Building codes ensure that the buildings are secure and comply with all legal requirements. They are a group of laws, rules, and ordinances that have been approved by a legislative body of the government and regulate the actual building process.
The threat posed by shoddy planning or execution is eliminated by the codes, which also lessen the possibility of fatal faults endangering building occupants. Likewise, the Florida building code safeguards the welfare and safety of those in and around physical structures, thereby lowering the likelihood of harm and property loss.
The History of Building Codes in Florida
In 1974, Florida enacted a state minimum building code law, mandating all local governments to create and enforce a building code that would set minimum requirements for the public’s health and safety. However, Hurricane Andrew’s 1992 landfall in South Florida exposed flaws in the state’s current procedures for enforcing and complying with building codes.
The largest insurance disaster in Florida’s history was directly related to Andrew, which set all records for insurance losses. Building codes, their administration, and their enforcement became evidently a statewide matter with statewide repercussions. Homeowners, developers, and commercial interests could suffer across every county in the state as a result of lax compliance or enforcement in a single county.
What Is the Florida Statewide Building Code?
All local building codes were superseded as of March 1, 2002, by the Florida Building Code, which was created and is now administered by the Florida Building Commission. The state’s public and private buildings, structures, and facilities are subject to the Code’s regulations for their design, construction, erection, alteration, modification, maintenance, and demolition.
On December 31, 2017, the 6th Edition of the Florida Building Code, which integrates the most recent I-Codes, went into effect (2015). The 2018 I-Codes will be the I-Codes’ upcoming iteration.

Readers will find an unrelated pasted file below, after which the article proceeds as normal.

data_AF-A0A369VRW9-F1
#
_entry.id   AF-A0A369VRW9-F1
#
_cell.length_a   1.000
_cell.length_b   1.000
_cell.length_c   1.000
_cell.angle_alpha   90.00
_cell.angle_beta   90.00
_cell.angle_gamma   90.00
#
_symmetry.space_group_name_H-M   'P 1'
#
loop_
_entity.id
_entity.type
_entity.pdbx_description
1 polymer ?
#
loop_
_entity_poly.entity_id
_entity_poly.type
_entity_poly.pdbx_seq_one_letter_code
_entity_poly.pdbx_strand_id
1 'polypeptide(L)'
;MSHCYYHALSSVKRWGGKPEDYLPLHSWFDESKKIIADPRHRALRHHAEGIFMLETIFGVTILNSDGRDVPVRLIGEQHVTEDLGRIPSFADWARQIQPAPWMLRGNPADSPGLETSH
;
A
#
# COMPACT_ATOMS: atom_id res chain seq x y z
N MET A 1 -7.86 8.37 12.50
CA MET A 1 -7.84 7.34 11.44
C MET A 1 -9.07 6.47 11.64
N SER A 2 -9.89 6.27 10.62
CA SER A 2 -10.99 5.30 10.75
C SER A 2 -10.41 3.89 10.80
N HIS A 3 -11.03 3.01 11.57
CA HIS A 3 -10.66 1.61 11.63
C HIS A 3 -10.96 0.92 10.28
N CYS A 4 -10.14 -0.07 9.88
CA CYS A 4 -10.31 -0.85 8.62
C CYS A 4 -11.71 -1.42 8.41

Things You Need to Know About the Florida Building Code
Currently, there are three-year updates to the Florida Building Code, and it is frequently revised every year to include new interpretations and clarifications. Being aware of code changes that affect structural design is good knowledge for anyone to have, but especially so for some job roles such as designers, contractors, and suppliers, etc. As a form of legislation, the code comprises many fine details, but there are several key points that you have to pay attention to with revisions of the code:
- The modifications to the design for seismic loads.
- How the code has changed in response to the adoption of guidelines for wind resistance.
- The appropriate design criteria for wind resistance.
- The contrast between the different risk categories and how they affect design.
- The appropriate code provisions for opening protection.
When claiming insurance should restorations be necessary after a weather incident, problems like insurers denying your claim may occur. It is in such scenarios do the above knowledge come in handy. However, Stone Claims Group can further assist you with your claims with the data we collect from pre-loss inspections of the structural integrity of the buildings. Get in touch to find out more about our inspection services and the buildings we serve.